We all have things we wish we did more often, like exercising regularly, eating healthier, or meditating. But sometimes, it can be tough to make lifestyle changes to ease perimenopause and post-menopause symptoms. We may start off strong, but then quickly fall back into our old routines.

Integrating new habits into your life can be especially important during perimenopause, which is the transitional phase before menopause when women experience hormone fluctuations that can lead to a range of physical and emotional symptoms.

Here are some ways to integrate new habits into your life and make them stick.

START SMALL
Perimenopause can be a challenging time, and it’s easy to feel overwhelmed by the changes you’re experiencing. According to BJ Fogg, author of Tiny Habits, by starting with small, manageable habits, you can build momentum and feel more in control of your health and well-being.

Don’t try to change everything all at once. Instead, focus on one habit at a time. If you want to start exercising more, start by committing to 10-20 minutes of exercise every day. Once you’ve established that habit, you can gradually increase the amount of time you spend exercising.

MAKE IT PART OF YOUR ROUTINE
Establishing new habits during perimenopause can help you maintain a sense of structure and stability during a time of hormonal upheaval. Making these habits part of your daily routine can help you stay on track and feel more grounded.

So, if you want to meditate each morning, make it part of your morning routine so you’re more likely to stick with it. This could mean meditating right after you wake up, before you shower or have breakfast.

USE TRIGGERS
Perimenopause can cause brain fog and forgetfulness, making it difficult to remember to take care of yourself. By using triggers like a reminder on your phone or a post-it note on your fridge, you can make it easier to remember to practice your new habits.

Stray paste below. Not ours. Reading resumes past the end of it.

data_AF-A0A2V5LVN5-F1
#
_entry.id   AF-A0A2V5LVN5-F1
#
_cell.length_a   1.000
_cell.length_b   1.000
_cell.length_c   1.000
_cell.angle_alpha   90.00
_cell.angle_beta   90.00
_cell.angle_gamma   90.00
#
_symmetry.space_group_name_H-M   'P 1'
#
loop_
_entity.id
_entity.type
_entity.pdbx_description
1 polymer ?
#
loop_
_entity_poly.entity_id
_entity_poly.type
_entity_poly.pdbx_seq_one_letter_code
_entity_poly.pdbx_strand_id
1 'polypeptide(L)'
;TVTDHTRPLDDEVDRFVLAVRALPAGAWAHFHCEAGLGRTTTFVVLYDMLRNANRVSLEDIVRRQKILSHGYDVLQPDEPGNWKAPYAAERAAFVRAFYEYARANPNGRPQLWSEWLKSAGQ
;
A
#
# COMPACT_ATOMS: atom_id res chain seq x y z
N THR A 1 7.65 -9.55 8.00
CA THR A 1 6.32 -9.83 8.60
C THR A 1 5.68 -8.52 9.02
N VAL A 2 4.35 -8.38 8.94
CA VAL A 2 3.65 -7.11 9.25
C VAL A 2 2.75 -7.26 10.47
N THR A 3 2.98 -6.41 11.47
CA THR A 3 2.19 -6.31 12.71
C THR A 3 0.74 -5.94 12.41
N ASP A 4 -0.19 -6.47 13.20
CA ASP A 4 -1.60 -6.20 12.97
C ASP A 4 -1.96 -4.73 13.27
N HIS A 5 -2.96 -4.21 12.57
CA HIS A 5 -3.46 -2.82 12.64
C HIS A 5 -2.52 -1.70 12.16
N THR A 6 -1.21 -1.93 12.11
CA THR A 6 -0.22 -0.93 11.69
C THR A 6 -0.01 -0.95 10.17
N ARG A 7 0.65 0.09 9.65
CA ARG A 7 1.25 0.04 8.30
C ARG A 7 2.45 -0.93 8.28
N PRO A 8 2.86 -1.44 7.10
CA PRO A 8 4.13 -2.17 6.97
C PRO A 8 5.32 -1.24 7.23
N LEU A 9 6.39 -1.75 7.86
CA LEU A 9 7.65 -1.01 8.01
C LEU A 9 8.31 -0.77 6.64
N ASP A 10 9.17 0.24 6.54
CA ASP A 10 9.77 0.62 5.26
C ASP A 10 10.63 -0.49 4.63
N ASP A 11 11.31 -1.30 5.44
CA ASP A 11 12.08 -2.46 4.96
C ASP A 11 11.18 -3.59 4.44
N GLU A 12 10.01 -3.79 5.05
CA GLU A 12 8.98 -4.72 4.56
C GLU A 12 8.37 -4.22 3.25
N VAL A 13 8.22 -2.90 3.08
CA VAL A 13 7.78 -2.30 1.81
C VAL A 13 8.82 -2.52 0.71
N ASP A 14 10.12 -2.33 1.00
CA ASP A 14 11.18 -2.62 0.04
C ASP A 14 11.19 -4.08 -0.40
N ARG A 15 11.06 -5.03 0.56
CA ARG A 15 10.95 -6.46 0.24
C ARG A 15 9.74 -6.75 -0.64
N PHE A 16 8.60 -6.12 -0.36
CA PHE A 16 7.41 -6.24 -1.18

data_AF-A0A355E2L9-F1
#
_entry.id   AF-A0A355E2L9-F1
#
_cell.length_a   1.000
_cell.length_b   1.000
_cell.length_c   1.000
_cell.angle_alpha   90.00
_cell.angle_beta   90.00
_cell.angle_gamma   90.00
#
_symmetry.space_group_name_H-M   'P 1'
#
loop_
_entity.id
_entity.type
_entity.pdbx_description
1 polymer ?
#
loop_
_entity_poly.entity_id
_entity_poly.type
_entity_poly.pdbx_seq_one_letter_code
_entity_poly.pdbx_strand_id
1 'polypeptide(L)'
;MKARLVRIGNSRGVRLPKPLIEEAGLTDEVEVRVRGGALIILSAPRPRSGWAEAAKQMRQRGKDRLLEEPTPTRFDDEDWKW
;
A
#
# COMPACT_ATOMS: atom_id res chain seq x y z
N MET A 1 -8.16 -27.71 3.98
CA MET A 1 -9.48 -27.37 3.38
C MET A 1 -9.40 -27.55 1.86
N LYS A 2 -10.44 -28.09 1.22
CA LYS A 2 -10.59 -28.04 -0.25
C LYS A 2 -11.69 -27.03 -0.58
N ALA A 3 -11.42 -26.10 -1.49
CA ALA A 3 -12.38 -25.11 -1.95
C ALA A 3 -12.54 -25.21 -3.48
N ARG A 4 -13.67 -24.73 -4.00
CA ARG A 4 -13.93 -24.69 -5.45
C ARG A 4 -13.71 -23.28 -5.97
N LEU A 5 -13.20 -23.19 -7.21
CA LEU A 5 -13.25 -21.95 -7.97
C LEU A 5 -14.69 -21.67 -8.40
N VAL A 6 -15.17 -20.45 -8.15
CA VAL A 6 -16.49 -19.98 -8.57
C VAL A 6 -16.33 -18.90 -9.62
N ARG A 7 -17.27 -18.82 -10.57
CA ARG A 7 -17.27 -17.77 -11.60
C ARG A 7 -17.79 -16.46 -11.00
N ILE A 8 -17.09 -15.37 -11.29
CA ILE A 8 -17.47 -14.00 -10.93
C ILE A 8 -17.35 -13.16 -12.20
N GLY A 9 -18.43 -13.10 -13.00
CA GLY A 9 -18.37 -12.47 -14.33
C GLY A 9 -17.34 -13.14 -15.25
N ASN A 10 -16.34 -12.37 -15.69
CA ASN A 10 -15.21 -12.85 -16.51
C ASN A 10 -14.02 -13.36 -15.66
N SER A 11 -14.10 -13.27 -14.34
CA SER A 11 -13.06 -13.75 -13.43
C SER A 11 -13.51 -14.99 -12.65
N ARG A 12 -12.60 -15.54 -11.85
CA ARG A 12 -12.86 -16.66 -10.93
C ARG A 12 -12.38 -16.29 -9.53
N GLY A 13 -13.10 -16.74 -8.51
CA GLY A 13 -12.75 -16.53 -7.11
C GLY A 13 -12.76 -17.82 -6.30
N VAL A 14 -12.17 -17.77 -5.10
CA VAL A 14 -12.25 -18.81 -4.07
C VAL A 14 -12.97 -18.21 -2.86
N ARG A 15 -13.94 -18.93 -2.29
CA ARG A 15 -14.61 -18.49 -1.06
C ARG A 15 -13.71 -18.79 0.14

If you want to drink more water, you could set an alarm on your phone to remind you to drink water every hour. If you want to journal about your day, you could leave it by your bedside table as a reminder to write in it as you wake up, or before bed.

TRACK YOUR PROGRESS
This can be especially helpful during perimenopause, when symptoms can come and go unpredictably. According to a behavioural study called “How are habits formed: Modelling habit formation in the real world”, by keeping track of your habits and how they impact your symptoms, you can better understand what works for you and adjust your routine as needed.

It can be a great motivator when trying to form new habits to help you see how far you’ve come and give you a sense of accomplishment. Make sure to celebrate your successes along the way!

SURROUND YOURSELF WITH SUPPORT
Perimenopause can be a lonely and isolating experience, but it doesn’t have to be. Building a supportive network of friends, family and healthcare providers can make all the difference. Having someone to talk to and lean on can help you stay motivated and positive.

MAKE IT ENJOYABLE
Perimenopause can be a difficult time, but it’s important to find joy and pleasure in your daily life. If you dread doing something, you’re less likely to stick with it. Find ways to make your new habit fun or rewarding. If you’re trying to eat healthier, try cooking new recipes or going out to eat at healthy restaurants.